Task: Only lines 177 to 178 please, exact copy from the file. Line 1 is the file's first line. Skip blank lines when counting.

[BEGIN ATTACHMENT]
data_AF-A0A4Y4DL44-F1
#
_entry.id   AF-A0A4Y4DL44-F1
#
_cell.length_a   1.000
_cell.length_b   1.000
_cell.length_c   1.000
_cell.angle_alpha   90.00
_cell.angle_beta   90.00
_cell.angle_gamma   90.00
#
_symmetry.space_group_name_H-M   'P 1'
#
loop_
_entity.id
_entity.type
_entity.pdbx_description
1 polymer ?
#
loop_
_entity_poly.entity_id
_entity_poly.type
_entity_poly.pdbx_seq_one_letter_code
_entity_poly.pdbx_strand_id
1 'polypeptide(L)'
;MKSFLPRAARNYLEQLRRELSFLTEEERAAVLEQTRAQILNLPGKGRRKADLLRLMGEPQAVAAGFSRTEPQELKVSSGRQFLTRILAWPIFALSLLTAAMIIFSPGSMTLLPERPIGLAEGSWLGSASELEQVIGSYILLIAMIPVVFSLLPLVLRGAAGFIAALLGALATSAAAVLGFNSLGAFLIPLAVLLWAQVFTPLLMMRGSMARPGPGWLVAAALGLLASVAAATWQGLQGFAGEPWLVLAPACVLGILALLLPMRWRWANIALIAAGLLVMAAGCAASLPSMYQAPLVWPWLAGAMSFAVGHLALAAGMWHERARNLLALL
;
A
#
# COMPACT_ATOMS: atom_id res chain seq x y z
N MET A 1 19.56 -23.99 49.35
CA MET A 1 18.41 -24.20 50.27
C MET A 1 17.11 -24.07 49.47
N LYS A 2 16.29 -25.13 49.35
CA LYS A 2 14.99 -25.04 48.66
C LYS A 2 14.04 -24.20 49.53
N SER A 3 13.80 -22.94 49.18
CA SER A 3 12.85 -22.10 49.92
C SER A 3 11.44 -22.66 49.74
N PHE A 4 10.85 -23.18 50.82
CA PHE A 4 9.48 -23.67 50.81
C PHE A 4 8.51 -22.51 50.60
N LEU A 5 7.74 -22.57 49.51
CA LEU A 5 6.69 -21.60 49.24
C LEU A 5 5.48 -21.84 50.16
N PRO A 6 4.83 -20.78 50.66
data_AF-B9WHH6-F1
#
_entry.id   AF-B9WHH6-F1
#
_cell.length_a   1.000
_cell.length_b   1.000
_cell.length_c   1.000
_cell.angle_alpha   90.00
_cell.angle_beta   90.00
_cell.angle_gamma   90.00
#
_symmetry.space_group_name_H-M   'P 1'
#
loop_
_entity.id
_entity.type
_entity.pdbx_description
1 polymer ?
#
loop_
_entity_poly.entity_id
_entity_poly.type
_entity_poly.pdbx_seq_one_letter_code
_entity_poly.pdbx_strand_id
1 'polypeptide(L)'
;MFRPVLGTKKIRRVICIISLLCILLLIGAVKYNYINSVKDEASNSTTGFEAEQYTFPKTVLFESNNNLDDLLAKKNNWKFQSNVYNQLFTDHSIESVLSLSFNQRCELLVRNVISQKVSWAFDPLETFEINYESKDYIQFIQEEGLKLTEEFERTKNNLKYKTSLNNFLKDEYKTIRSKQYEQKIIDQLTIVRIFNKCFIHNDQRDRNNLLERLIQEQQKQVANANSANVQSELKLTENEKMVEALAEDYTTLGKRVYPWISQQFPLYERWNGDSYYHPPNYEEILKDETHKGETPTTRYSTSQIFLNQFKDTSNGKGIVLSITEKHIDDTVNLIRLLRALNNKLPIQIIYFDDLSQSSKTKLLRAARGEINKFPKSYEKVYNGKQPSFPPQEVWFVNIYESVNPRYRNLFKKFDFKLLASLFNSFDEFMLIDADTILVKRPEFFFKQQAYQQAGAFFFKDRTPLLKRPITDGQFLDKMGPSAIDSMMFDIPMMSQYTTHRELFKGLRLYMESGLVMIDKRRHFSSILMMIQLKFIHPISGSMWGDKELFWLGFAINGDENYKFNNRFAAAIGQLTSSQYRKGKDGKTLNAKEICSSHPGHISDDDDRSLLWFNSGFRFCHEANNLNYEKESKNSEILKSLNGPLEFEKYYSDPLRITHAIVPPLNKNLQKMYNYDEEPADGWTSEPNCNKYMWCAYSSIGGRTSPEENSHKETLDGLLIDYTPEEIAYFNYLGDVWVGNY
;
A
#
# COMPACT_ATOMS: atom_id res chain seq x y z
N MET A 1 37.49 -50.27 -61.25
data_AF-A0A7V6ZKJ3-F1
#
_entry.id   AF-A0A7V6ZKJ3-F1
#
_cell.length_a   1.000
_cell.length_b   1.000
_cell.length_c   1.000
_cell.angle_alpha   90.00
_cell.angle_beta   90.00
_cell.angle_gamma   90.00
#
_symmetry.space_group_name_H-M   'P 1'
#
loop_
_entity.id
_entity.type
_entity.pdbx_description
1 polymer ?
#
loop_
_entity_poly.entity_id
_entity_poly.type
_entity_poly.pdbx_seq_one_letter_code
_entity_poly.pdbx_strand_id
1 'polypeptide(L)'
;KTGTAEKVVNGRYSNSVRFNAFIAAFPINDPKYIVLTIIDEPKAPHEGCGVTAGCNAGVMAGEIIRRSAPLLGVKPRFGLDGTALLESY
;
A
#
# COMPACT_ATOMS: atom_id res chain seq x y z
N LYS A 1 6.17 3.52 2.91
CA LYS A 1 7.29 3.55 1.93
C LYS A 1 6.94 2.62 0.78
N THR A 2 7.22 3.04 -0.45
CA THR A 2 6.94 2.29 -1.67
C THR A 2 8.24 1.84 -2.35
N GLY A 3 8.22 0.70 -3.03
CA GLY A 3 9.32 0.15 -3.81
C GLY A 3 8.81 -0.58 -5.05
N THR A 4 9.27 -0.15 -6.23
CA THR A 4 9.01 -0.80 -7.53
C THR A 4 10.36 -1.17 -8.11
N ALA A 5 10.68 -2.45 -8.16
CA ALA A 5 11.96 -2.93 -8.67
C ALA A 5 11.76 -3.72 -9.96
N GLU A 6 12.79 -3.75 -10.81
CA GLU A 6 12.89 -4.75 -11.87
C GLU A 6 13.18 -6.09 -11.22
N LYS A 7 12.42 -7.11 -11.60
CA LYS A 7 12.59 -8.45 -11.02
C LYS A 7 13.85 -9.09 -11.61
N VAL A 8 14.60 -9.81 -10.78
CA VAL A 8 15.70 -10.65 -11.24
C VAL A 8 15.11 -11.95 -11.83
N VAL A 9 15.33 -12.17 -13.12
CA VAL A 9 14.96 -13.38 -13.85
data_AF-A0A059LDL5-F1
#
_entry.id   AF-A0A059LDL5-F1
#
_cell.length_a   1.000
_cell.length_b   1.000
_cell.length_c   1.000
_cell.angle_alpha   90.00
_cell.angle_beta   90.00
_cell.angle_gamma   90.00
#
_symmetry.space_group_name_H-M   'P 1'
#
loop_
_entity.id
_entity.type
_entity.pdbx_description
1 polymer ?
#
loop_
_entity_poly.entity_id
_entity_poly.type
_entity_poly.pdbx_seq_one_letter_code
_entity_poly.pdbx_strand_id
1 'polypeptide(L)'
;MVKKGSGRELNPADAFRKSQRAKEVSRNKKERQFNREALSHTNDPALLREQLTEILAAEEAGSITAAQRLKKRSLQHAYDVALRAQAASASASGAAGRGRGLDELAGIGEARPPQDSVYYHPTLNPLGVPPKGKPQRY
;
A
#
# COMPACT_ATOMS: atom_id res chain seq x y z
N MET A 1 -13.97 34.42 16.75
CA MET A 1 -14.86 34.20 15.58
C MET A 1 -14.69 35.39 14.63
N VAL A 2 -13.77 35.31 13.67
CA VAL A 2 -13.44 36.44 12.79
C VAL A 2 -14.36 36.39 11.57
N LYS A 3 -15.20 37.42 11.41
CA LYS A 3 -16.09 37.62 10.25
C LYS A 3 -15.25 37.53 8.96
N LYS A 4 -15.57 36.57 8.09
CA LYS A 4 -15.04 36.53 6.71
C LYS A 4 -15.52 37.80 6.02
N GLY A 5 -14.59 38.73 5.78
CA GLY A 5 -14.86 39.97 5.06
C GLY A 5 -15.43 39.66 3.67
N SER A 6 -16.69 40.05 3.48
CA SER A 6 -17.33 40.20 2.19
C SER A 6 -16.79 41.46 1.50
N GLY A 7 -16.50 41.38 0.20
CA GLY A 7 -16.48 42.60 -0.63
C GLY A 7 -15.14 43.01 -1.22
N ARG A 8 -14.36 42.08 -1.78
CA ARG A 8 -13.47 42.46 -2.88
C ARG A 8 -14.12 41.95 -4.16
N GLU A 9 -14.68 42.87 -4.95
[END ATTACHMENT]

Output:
CA GLY A 5 -14.86 39.97 5.06
C GLY A 5 -15.43 39.66 3.67